- Thus, if you want to save money, you better start with PHP. Specialists are cheap and the community is large.
- And if you’re looking for the highest quality and functionality for a huge project, then look at Python. It’s one of the most difficult languages to work with but the results will pay off. However, once again, everything depends on the architecture and the goals of your project.
Another important parameter is the speed of development. The fastest languages in terms of development will be Python and Ruby, while the slowest will be C++ and Java. It should be remembered that, as Einstein said, all times and positions are relative.
Of course, an important criterion for choosing a technology is the cost of support. Only a few people think of this at the beginning of development.
Points to count when choosing the technology:
- the cost of an hour;
- the total number of hours;
- availability of programmers;
- the strategic approach to development;
- simplicity of maintenance and technical support.
The cost of an hour depends on the salary of a specialist. But the number of hours depends on the technology itself and the quality of the code. If you rewrite an out-of-the-box solution, this can mean very many hours.
Using popular computing languages and frameworks, you can be sure of a professional level of support. However, an unknown off-the-shelf solution without any documentation can result in maintenance costs much higher than the cost of the program itself.
The same applies to poor-quality development. Trying to save money on testing and quality assurance isn’t going to work. On average, you need 20–40 per cent of the project time to check the solution and discover its main weaknesses. The better the code, the easier and, consequently, the cheaper it is to maintain it.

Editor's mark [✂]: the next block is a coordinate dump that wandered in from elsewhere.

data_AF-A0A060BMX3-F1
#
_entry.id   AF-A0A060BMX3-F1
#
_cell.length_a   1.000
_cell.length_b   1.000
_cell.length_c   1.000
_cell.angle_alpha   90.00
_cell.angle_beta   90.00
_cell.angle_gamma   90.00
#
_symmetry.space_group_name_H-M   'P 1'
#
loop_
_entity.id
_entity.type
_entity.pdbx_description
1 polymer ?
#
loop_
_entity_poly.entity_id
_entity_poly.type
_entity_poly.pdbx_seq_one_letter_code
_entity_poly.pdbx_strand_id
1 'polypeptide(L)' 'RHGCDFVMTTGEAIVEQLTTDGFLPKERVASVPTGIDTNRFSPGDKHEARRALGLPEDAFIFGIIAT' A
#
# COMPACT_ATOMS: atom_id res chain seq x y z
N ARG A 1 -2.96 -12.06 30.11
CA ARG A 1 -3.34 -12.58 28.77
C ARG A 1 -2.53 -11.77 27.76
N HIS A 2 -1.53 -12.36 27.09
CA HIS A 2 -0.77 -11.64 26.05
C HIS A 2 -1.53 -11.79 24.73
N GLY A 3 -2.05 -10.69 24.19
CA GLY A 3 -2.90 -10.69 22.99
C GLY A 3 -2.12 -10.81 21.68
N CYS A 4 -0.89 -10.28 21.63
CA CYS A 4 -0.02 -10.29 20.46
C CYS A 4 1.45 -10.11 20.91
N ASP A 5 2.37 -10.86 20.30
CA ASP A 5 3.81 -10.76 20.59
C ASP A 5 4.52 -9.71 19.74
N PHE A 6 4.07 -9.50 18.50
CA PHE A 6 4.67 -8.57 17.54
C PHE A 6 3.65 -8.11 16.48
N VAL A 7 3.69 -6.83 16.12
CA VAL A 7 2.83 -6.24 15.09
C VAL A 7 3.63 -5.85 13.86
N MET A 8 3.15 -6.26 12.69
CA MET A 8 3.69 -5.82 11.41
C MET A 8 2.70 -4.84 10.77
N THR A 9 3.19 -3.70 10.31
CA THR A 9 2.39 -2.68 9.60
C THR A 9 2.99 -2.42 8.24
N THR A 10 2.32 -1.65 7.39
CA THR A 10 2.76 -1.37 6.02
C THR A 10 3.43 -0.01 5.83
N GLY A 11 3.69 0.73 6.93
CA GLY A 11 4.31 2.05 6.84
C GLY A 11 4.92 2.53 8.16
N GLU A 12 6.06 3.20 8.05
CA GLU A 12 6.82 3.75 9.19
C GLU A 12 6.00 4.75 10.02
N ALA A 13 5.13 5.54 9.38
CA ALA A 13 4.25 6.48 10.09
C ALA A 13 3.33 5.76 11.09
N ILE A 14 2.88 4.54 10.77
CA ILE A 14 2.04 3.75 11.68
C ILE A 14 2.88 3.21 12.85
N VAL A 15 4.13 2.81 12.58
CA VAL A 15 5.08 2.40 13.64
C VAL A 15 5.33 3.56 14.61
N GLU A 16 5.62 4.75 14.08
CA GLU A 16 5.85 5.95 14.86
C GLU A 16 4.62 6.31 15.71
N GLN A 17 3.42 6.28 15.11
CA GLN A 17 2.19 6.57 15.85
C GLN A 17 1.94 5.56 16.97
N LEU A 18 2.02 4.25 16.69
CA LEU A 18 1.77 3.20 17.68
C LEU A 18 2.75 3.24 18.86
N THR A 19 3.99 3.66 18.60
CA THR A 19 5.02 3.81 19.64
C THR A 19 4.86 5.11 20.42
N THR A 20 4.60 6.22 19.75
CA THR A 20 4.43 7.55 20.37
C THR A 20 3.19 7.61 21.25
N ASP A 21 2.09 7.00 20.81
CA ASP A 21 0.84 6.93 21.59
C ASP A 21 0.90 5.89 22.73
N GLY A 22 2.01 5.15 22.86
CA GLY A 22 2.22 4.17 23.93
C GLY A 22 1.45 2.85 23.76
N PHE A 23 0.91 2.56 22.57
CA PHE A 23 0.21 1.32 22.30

You should also look at the version of your frameworks and CMS. It is vital to always use the actual version so as to avoid the risk of it becoming obsolete before your project is released into production. When a new version appears, you should consider the possibility of transferring the project to this version – because, if you skip several versions, then there’ll be problems with making a sharp update.
Let’s sum up
Web project development:
For simple sites, out-of-the-box solutions are often best suited.
Complex projects are made on frameworks or written in HLL programming languages.
The same goes for mobile applications:
- simple mobile apps for tests can be cross-platform;
- complex, market-targeted applications must be native.
Based on a concrete set of requirements and the existing software/hardware, the architecture and languages are chosen individually for each project. When choosing a platform, you should always seek to stay objective.
This is extremely difficult to do if you’re not an IT expert. The choice of technology and project architecture depends on the long list of functional and non-functional demands. It is the software architect who must plan out the technology stack.